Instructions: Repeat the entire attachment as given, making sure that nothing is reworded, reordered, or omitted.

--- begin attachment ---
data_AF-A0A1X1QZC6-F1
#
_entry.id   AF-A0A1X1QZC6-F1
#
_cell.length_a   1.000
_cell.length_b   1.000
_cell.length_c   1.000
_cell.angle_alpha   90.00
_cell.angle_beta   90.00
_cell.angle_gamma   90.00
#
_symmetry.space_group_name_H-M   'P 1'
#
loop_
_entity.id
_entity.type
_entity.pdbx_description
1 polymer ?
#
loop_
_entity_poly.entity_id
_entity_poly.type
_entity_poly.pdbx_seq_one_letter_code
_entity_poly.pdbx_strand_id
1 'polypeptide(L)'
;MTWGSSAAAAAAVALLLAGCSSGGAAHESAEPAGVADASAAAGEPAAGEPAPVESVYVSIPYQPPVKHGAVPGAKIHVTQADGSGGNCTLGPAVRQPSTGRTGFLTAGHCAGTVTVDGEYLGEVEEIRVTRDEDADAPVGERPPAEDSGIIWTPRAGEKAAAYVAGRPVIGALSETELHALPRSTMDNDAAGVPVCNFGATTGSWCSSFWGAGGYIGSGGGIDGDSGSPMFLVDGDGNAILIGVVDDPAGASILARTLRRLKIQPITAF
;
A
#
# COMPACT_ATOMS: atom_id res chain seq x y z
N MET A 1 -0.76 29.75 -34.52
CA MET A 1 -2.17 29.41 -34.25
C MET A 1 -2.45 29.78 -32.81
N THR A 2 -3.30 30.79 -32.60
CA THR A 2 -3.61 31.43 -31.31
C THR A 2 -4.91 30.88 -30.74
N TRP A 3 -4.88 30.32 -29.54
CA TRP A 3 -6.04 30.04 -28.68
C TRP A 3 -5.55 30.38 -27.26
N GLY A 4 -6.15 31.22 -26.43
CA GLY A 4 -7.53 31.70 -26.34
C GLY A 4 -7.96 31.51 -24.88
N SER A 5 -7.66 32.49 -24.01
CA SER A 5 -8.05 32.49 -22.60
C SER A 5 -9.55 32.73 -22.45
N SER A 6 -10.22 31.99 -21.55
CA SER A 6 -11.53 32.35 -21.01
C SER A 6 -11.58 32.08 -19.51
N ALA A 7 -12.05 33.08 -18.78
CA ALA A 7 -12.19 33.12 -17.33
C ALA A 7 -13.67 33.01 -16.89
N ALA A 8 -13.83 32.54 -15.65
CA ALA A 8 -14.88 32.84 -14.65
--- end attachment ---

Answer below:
data_AF-A0A1X1QZC6-F1
#
_entry.id   AF-A0A1X1QZC6-F1
#
_cell.length_a   1.000
_cell.length_b   1.000
_cell.length_c   1.000
_cell.angle_alpha   90.00
_cell.angle_beta   90.00
_cell.angle_gamma   90.00
#
_symmetry.space_group_name_H-M   'P 1'
#
loop_
_entity.id
_entity.type
_entity.pdbx_description
1 polymer ?
#
loop_
_entity_poly.entity_id
_entity_poly.type
_entity_poly.pdbx_seq_one_letter_code
_entity_poly.pdbx_strand_id
1 'polypeptide(L)'
;MTWGSSAAAAAAVALLLAGCSSGGAAHESAEPAGVADASAAAGEPAAGEPAPVESVYVSIPYQPPVKHGAVPGAKIHVTQADGSGGNCTLGPAVRQPSTGRTGFLTAGHCAGTVTVDGEYLGEVEEIRVTRDEDADAPVGERPPAEDSGIIWTPRAGEKAAAYVAGRPVIGALSETELHALPRSTMDNDAAGVPVCNFGATTGSWCSSFWGAGGYIGSGGGIDGDSGSPMFLVDGDGNAILIGVVDDPAGASILARTLRRLKIQPITAF
;
A
#
# COMPACT_ATOMS: atom_id res chain seq x y z
N MET A 1 -0.76 29.75 -34.52
CA MET A 1 -2.17 29.41 -34.25
C MET A 1 -2.45 29.78 -32.81
N THR A 2 -3.30 30.79 -32.60
CA THR A 2 -3.61 31.43 -31.31
C THR A 2 -4.91 30.88 -30.74
N TRP A 3 -4.88 30.32 -29.54
CA TRP A 3 -6.04 30.04 -28.68
C TRP A 3 -5.55 30.38 -27.26
N GLY A 4 -6.15 31.22 -26.43
CA GLY A 4 -7.53 31.70 -26.34
C GLY A 4 -7.96 31.51 -24.88
N SER A 5 -7.66 32.49 -24.01
CA SER A 5 -8.05 32.49 -22.60
C SER A 5 -9.55 32.73 -22.45
N SER A 6 -10.22 31.99 -21.55
CA SER A 6 -11.53 32.35 -21.01
C SER A 6 -11.58 32.08 -19.51
N ALA A 7 -12.05 33.08 -18.78
CA ALA A 7 -12.19 33.12 -17.33
C ALA A 7 -13.67 33.01 -16.89
N ALA A 8 -13.83 32.54 -15.65
CA ALA A 8 -14.88 32.84 -14.65